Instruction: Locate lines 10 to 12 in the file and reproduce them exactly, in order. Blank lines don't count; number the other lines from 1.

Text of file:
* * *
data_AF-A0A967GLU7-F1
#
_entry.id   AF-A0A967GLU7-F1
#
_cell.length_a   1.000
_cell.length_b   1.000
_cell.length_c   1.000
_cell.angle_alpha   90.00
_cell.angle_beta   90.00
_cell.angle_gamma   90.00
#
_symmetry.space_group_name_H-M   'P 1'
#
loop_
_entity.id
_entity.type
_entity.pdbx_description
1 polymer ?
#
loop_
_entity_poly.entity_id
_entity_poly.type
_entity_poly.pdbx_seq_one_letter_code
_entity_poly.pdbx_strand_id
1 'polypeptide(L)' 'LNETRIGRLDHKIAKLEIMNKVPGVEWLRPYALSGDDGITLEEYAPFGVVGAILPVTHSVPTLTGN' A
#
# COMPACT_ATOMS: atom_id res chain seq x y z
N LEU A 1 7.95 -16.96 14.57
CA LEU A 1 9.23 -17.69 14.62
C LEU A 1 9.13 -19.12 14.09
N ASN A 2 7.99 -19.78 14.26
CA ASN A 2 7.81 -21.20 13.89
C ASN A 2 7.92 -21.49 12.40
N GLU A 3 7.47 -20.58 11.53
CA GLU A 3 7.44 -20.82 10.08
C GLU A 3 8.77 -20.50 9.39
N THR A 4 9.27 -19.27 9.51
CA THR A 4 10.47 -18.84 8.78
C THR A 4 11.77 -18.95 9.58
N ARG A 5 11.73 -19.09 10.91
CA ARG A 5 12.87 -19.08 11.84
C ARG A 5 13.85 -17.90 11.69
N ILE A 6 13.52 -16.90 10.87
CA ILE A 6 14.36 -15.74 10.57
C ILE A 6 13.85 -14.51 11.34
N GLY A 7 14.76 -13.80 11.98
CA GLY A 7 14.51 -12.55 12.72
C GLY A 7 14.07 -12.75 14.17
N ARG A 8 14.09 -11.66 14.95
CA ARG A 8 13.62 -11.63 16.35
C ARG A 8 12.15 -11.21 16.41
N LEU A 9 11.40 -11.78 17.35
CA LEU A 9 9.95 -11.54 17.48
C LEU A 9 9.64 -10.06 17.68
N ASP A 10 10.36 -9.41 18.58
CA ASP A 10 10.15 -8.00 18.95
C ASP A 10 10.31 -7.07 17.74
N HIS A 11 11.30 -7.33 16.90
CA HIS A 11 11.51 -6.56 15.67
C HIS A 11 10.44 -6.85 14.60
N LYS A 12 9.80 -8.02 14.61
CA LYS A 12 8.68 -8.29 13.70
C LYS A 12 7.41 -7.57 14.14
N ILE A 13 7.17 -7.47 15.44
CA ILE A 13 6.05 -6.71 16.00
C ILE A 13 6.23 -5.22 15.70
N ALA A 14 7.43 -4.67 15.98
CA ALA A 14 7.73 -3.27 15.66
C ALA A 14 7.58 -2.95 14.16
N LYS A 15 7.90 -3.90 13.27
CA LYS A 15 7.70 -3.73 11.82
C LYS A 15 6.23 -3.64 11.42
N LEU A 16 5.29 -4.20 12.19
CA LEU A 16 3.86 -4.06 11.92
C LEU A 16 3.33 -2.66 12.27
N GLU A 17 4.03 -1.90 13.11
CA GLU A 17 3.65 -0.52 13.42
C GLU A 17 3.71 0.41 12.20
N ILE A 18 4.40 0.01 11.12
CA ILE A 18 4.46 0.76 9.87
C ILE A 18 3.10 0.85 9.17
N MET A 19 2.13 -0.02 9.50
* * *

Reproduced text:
_cell.angle_gamma   90.00
#
_symmetry.space_group_name_H-M   'P 1'